In addition his own graph makes clearly demonstrates before the failsafe which does work kicked in the car still slowed down just as much as it accelerated even after pumping the brakes which was an obvious attempt at reducing the braking speed which would have been much more commanding if he just pressed the brakes directly. In addition pumping the brakes involves removing the pedal and pressing down again so the fail safe would work. Making it cut off engine power at any braking level is dangerous and may cause loss of engine power during driving which could cause far more accidents (GM's case).
His fatal flaw single bit-shift isn't in the code and I find all his conjecture dubious without the actual report. He is killing tasks 4,5,1 by inducing a deadlock in all likelyhood. By using a debugger he is also bypassing operating system protections and likely used boundry scan to alter a very special OS memory location which is highly unlikely to be modified due to OS memory mapping. All of his talks about seg faults and other bugs are unrelated to the fact the single bit he flipped is likely part of task contention and isn't accessible to anything but the OS. Nor does he talk in detail about how a stack overflow would have killed everything if it impinged on the OS memory space as it would have smashed far more than one bit value. (By using a debugger he doesn't demonstrate the supposed cause just that you can crash the car with a debugger which is obvious)
If they catch it in practice or add monitor code to a custom test rig and run it in simulation to prove it then I will be convinced. But without any actual real world testing results (where are the conflicting EDR records, please link them in if you have them as I can't seem to find them) finding bugs doesn't mean they happen. (Sure not ideal but no code is bug free)
Compared to the FADEC and Boeing 787 battery stuff I've read reports about Toyota is probably a better programmer than the contracted out work done for aviation grade stuff so I don't really know what the fuss is all about.
Considering eetime's has an article saying how Boeing's battery "fix" wasn't software (WHEN THEY DIDN'T FIX ANYTHING, OR EVEN KNOW WHAT WENT WRONG) and the battery still fails just inside a box and it is a critical backup component. (Lithum batteries have safety critical firmware too and the published report clearly stated it didn't open while the charger likely lit the whole thing on fire with 45A in) With 200+ passengers I don't want my battery in a box when in a birdstrike situation which does happen you really need those batteries to work.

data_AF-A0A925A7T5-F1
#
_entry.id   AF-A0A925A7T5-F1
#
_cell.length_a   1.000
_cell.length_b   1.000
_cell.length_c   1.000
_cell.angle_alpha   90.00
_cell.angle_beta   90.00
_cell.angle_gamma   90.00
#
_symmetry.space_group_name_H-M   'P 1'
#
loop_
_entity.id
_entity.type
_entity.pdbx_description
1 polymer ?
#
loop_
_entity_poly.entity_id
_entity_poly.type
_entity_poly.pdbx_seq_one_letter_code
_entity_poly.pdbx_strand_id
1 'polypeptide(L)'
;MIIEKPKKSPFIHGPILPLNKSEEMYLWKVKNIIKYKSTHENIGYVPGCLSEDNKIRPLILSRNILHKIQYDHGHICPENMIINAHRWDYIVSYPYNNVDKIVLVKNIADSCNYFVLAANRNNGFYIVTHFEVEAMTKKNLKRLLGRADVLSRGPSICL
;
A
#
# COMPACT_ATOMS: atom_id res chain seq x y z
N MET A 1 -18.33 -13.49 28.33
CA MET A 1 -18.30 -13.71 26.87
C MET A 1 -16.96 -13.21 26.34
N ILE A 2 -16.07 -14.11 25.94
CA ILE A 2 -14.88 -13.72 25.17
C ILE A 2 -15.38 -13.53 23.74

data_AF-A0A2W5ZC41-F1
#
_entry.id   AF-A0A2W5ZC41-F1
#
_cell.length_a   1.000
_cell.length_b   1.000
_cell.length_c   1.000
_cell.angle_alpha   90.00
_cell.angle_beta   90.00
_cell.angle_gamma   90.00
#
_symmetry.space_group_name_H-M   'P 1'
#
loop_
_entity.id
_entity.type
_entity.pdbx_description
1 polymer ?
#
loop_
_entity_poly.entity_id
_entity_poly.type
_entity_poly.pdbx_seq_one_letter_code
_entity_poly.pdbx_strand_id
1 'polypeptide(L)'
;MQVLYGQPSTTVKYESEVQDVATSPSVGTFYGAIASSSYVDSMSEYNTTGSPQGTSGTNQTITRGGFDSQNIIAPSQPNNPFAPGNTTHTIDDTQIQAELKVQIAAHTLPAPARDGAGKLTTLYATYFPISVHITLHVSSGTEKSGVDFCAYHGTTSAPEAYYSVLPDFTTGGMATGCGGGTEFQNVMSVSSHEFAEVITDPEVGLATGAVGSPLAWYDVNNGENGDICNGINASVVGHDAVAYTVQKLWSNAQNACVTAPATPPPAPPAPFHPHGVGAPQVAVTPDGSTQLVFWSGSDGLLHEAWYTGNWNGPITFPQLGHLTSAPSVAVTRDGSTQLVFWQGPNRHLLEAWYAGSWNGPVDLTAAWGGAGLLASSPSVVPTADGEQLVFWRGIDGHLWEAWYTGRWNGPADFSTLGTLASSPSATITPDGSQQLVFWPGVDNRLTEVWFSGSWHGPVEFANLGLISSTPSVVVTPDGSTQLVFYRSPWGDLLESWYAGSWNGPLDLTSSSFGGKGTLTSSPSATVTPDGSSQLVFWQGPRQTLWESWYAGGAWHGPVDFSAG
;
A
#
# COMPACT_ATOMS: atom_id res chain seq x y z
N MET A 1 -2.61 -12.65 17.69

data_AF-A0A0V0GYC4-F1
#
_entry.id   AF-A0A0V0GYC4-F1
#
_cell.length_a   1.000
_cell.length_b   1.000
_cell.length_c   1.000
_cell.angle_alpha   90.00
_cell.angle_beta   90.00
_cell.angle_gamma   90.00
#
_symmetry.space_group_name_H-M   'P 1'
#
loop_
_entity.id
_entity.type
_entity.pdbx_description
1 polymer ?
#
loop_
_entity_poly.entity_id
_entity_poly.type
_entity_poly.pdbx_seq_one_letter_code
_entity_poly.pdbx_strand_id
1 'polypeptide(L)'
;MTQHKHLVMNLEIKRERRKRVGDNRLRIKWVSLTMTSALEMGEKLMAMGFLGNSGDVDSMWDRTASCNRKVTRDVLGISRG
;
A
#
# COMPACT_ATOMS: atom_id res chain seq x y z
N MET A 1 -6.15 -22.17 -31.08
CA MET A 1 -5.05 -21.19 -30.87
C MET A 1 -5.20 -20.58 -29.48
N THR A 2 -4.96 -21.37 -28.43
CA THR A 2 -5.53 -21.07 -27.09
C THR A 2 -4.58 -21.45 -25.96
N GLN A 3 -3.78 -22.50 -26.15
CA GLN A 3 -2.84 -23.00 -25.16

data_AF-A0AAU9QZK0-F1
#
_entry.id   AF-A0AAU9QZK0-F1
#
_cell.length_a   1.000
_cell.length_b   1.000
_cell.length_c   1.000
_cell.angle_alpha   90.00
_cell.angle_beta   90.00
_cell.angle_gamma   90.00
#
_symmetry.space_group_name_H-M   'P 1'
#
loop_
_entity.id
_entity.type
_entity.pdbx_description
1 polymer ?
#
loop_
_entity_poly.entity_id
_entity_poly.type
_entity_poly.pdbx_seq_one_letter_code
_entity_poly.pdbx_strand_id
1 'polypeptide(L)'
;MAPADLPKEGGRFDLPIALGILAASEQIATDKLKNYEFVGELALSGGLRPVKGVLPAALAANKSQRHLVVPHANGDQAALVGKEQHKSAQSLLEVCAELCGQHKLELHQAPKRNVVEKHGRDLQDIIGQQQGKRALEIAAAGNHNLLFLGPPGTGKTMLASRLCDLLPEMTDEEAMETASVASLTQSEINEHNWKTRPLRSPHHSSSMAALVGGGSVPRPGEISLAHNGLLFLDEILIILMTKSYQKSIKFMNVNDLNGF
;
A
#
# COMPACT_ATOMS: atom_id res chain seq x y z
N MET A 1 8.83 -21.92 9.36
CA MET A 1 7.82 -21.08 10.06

I came here just a week ago but I don't think I'm ever going to read this site anymore. The consequences of a plane crash are far larger than a car and I'm sorry to say that mfg's are not recieving a proportionate amount of coverage/flak for their failings.
Drivers have ample workaround even if a ECU is total and demonstrated garbage but a plane doesn't if the APU fails to start or backup ESS buses fail all that happens is reductions and loss of function which in an emergency it get deadly in a car stopping typically won't result in you falling out of the sky something plane's don't have the luxury of being on the ground in most oprating situations.
"zewde," it's incredibly "fascinating" that Toyota could keep things quiet for so long, and that consumers were forced to wage full blown lawsuits before the facts came out. The public now has every right in the world to question the relationship between Toyota and NHTSA, especially with Toyota whistleblower Betsy Benjaminson making some pretty strong comments about the issue. Her remarks tend to be supported in yesterday's LA Times article:
"In perhaps the most glaring case, Toyota staffed up with former NHTSA officials as it faced an inquiry into sudden unintended acceleration in its Toyota and Lexus vehicles. Over 10 years, more motorists died from such accidents in Toyota and Lexus vehicles than in cars from allother manufacturers combined." (Emphasis mine)
Sounds like Toyota's cars are already "self-driving."
The Toyota case is fascinating. This could be an opportunity for some real insight not only into what happened but what the issues are going to be moving forward for the automotive industry as it heads toward the future of the self-driing car.
Since there's no evidence that Toyota has corrected the problems Mr. Barr discovered, it might be kinda tough to get someone from the Recall King to explain how they did. Cases of sudden unintended acceleration continue to pop up, and in one of the latest, cops have ruled out driver error. Meanwhile, the founder of the law firm that won the case in Oklahoma has produced a video wherein he accuses Toyota of a cover-up: http://www.youtube.com/watch?v=LE7Xxs3g4yU
Maybe someone from Toyota would like to explain how they manage to deceive the public.
That would be a very interesting panel to have Toyota and Medtronics (and other companies) talking about how they dealt with their particular software flaws and legal issues arising from the flaws, but I fear because of the litigation, no company could attend.
What are the engineering and design challenges in creating successful IoT devices? These devices are usually small, resource-constrained electronics designed to sense, collect, send, and/or interpret data. Some of the devices need to be smart enough to act upon data in real time, 24/7. Are the design challenges the same as with embedded systems, but with a little developer- and IT-skills added in? What do engineers need to know? Rick Merritt talks with two experts about the tools and best options for designing IoT devices in 2016. Specifically the guests will discuss sensors, security, and lessons from IoT deployments.